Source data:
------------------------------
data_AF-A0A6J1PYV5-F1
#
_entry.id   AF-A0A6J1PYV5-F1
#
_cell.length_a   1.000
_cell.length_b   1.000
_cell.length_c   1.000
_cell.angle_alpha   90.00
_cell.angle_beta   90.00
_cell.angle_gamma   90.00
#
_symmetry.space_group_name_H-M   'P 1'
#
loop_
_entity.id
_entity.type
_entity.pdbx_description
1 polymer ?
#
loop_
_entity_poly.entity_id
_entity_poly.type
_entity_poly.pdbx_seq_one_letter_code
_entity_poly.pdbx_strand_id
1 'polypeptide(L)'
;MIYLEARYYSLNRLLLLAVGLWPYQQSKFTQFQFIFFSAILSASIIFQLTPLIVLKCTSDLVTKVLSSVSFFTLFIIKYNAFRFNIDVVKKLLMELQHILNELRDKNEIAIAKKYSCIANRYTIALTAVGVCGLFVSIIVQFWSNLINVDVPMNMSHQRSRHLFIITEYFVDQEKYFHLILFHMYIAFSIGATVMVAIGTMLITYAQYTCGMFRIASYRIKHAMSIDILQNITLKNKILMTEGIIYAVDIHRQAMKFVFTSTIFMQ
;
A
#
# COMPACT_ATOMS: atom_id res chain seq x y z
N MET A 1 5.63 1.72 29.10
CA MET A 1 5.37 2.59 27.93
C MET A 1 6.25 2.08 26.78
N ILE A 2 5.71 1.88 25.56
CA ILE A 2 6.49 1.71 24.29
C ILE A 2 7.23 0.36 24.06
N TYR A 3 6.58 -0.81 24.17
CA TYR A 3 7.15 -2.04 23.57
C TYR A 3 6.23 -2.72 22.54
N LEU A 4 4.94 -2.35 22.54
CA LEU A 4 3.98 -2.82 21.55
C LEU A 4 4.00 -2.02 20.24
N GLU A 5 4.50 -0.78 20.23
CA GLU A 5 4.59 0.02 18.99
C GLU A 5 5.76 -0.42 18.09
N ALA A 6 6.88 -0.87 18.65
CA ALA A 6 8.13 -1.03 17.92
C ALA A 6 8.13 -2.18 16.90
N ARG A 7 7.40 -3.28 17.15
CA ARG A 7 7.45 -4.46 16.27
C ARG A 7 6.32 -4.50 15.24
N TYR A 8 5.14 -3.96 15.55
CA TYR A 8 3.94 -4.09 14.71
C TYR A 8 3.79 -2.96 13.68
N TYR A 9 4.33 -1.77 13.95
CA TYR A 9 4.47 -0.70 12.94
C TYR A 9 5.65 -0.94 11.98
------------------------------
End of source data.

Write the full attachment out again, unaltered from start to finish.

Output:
data_AF-A0A6J1PYV5-F1
#
_entry.id   AF-A0A6J1PYV5-F1
#
_cell.length_a   1.000
_cell.length_b   1.000
_cell.length_c   1.000
_cell.angle_alpha   90.00
_cell.angle_beta   90.00
_cell.angle_gamma   90.00
#
_symmetry.space_group_name_H-M   'P 1'
#
loop_
_entity.id
_entity.type
_entity.pdbx_description
1 polymer ?
#
loop_
_entity_poly.entity_id
_entity_poly.type
_entity_poly.pdbx_seq_one_letter_code
_entity_poly.pdbx_strand_id
1 'polypeptide(L)'
;MIYLEARYYSLNRLLLLAVGLWPYQQSKFTQFQFIFFSAILSASIIFQLTPLIVLKCTSDLVTKVLSSVSFFTLFIIKYNAFRFNIDVVKKLLMELQHILNELRDKNEIAIAKKYSCIANRYTIALTAVGVCGLFVSIIVQFWSNLINVDVPMNMSHQRSRHLFIITEYFVDQEKYFHLILFHMYIAFSIGATVMVAIGTMLITYAQYTCGMFRIASYRIKHAMSIDILQNITLKNKILMTEGIIYAVDIHRQAMKFVFTSTIFMQ
;
A
#
# COMPACT_ATOMS: atom_id res chain seq x y z
N MET A 1 5.63 1.72 29.10
CA MET A 1 5.37 2.59 27.93
C MET A 1 6.25 2.08 26.78
N ILE A 2 5.71 1.88 25.56
CA ILE A 2 6.49 1.71 24.29
C ILE A 2 7.23 0.36 24.06
N TYR A 3 6.58 -0.81 24.17
CA TYR A 3 7.15 -2.04 23.57
C TYR A 3 6.23 -2.72 22.54
N LEU A 4 4.94 -2.35 22.54
CA LEU A 4 3.98 -2.82 21.55
C LEU A 4 4.00 -2.02 20.24
N GLU A 5 4.50 -0.78 20.23
CA GLU A 5 4.59 0.02 18.99
C GLU A 5 5.76 -0.42 18.09
N ALA A 6 6.88 -0.87 18.65
CA ALA A 6 8.13 -1.03 17.92
C ALA A 6 8.13 -2.18 16.90
N ARG A 7 7.40 -3.28 17.15
CA ARG A 7 7.45 -4.46 16.27
C ARG A 7 6.32 -4.50 15.24
N TYR A 8 5.14 -3.96 15.55
CA TYR A 8 3.94 -4.09 14.71
C TYR A 8 3.79 -2.96 13.68
N TYR A 9 4.33 -1.77 13.95
CA TYR A 9 4.47 -0.70 12.94
C TYR A 9 5.65 -0.94 11.98